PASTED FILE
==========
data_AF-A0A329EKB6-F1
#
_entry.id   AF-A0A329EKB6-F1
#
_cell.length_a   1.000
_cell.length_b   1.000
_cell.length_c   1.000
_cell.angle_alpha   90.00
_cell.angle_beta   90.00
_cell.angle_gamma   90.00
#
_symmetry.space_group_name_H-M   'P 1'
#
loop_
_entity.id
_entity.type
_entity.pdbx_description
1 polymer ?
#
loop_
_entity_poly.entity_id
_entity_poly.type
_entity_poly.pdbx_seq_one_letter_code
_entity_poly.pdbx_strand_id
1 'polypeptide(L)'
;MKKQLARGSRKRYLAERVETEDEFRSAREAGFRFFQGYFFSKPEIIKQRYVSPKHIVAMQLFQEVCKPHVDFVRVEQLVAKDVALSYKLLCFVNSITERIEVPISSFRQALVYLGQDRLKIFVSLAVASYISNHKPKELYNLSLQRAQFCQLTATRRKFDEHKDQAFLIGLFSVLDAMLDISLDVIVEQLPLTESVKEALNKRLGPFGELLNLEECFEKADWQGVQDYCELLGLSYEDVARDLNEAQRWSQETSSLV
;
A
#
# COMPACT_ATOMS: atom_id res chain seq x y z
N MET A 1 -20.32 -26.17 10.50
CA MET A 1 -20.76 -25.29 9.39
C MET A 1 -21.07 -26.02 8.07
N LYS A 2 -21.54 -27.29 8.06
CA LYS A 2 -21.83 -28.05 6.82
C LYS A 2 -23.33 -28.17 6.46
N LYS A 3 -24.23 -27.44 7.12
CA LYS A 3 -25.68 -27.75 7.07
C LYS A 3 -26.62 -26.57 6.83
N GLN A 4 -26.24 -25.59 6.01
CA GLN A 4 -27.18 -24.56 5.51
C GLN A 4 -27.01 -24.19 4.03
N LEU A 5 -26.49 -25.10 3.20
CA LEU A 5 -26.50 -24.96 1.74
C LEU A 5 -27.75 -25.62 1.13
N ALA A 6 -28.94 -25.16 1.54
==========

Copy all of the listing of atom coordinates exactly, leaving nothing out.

data_AF-A0A329EKB6-F1
#
_entry.id   AF-A0A329EKB6-F1
#
_cell.length_a   1.000
_cell.length_b   1.000
_cell.length_c   1.000
_cell.angle_alpha   90.00
_cell.angle_beta   90.00
_cell.angle_gamma   90.00
#
_symmetry.space_group_name_H-M   'P 1'
#
loop_
_entity.id
_entity.type
_entity.pdbx_description
1 polymer ?
#
loop_
_entity_poly.entity_id
_entity_poly.type
_entity_poly.pdbx_seq_one_letter_code
_entity_poly.pdbx_strand_id
1 'polypeptide(L)'
;MKKQLARGSRKRYLAERVETEDEFRSAREAGFRFFQGYFFSKPEIIKQRYVSPKHIVAMQLFQEVCKPHVDFVRVEQLVAKDVALSYKLLCFVNSITERIEVPISSFRQALVYLGQDRLKIFVSLAVASYISNHKPKELYNLSLQRAQFCQLTATRRKFDEHKDQAFLIGLFSVLDAMLDISLDVIVEQLPLTESVKEALNKRLGPFGELLNLEECFEKADWQGVQDYCELLGLSYEDVARDLNEAQRWSQETSSLV
;
A
#
# COMPACT_ATOMS: atom_id res chain seq x y z
N MET A 1 -20.32 -26.17 10.50
CA MET A 1 -20.76 -25.29 9.39
C MET A 1 -21.07 -26.02 8.07
N LYS A 2 -21.54 -27.29 8.06
CA LYS A 2 -21.83 -28.05 6.82
C LYS A 2 -23.33 -28.17 6.46
N LYS A 3 -24.23 -27.44 7.12
CA LYS A 3 -25.68 -27.75 7.07
C LYS A 3 -26.62 -26.57 6.83
N GLN A 4 -26.24 -25.59 6.01
CA GLN A 4 -27.18 -24.56 5.51
C GLN A 4 -27.01 -24.19 4.03
N LEU A 5 -26.49 -25.10 3.20
CA LEU A 5 -26.50 -24.96 1.74
C LEU A 5 -27.75 -25.62 1.13
N ALA A 6 -28.94 -25.16 1.54